First the bad news, just after my Bro-in law rec’d his homemade 6-in-1 mahogany screwdriver for christmas (and my nephew asked if he was really going to use it) it broke. Apparently the fact that I made it was a miracle, as I misjudged and left the wall closest to the business end very thin. First attempt was only a success in working out all the details in getting it on the lathe, and then off in one piece. Another second and It would have exploded on me.
Like any good customer service dept, I had him send it back to see what I could to to repair it, and after staring at it everyday for a month a solution presented itself. All I needed to do was take a tip from penturning, and put a tube down the center to epoxy both halves back on to, and create a patch piece (wood, ray-crete or ???) to go between. In the end, I decided on turning a new handle to match up to the “business end”. I was hoping to salvage the metal components, and reusing that portion seemed to be the only way.
Am I just a cheap lumberjock, or a frugal yankee that I’ll spend more money and time in repairing this, than just dropping another $4 on a new screwdriver to start over? Or perhaps I just won’t let this beat me, and starting over with new parts is to admit defeat?
Last night I redrilled out the center hole to 5/8ths to fit the copper piping and epoxied that in place. Fitting on the bottom of the original handle proved trickier. the fit went from tight and off center to loose very quickly. While checking the fit the original handle cracked. (and I was able to get the copper pipe off. A few strokes of the chisel freed up the nut, and now a repair job has turned into a do-over. The good news, I can take the lessons I learned and put that into a new tool, and while the repaired piece would have come out good, some of the logistics, or rather the (cross your fingers and hope the glue holds factor) can be avoided.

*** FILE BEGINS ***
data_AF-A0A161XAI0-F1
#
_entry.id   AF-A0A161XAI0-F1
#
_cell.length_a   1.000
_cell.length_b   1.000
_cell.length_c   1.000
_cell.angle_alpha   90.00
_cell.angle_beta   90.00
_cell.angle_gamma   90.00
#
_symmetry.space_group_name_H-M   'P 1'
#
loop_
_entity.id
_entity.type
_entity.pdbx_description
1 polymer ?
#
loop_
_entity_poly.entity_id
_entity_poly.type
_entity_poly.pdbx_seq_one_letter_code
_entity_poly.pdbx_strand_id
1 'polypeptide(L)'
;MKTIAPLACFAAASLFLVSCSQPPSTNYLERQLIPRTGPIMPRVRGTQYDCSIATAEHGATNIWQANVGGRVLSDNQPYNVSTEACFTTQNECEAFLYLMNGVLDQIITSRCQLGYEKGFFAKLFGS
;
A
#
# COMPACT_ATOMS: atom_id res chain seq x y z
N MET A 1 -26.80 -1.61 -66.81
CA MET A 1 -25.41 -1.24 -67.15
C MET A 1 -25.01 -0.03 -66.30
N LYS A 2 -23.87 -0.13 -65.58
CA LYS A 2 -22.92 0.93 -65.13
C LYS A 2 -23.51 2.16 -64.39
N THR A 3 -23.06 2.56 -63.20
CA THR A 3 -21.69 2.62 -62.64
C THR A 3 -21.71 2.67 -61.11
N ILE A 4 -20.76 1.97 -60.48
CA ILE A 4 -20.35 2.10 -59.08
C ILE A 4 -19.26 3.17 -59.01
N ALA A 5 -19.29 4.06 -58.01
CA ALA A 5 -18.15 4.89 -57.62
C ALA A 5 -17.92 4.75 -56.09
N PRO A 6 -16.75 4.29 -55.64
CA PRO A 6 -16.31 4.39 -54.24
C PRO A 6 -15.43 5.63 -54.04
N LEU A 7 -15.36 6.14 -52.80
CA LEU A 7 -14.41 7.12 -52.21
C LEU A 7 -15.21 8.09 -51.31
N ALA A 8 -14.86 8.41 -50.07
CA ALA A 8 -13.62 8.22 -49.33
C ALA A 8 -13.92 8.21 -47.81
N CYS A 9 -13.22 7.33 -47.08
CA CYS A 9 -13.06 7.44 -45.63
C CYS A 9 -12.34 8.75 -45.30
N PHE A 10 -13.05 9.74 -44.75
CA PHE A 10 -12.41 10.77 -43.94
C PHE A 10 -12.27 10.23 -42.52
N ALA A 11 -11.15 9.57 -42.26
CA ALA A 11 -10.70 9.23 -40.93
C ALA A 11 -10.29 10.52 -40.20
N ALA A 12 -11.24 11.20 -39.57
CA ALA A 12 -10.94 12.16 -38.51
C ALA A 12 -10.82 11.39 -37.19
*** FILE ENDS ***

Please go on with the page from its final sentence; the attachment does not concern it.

What did I learn. Use a straight grained (or rived) piece of wood. (there was some twist down at the bottom at the second fracture point). Rather than drill out the center channel to accept the shaft of the screwdriver to match the size of the hole in the ubiquitous orange handled one, counterbore smaller sized holes, only as big as neccessary. and mostly, do not reduce the width of the handle beyond that of the base. Even if the design tries to convince me to do so.
I first planned this project before kits (with instructions) came onto the market. But now, why haven’t I just gone out and bought a kit (and spent an extra buck or so). I’m a lumberjock, who may just be a glutton for punishment. But in the meantime, I dug out a small piece of maple to make the next one, plus earmarked a couple other hardwoods to make Rob’s replacement.
Sorry brother, but you’re not going to get a piece out of your parents mahogany offcuts – I want Clay to pass the next one down to your grandkids…. But rest assured, the handle will have come from their property, so it’ll still be an heirloom peice for several reasons.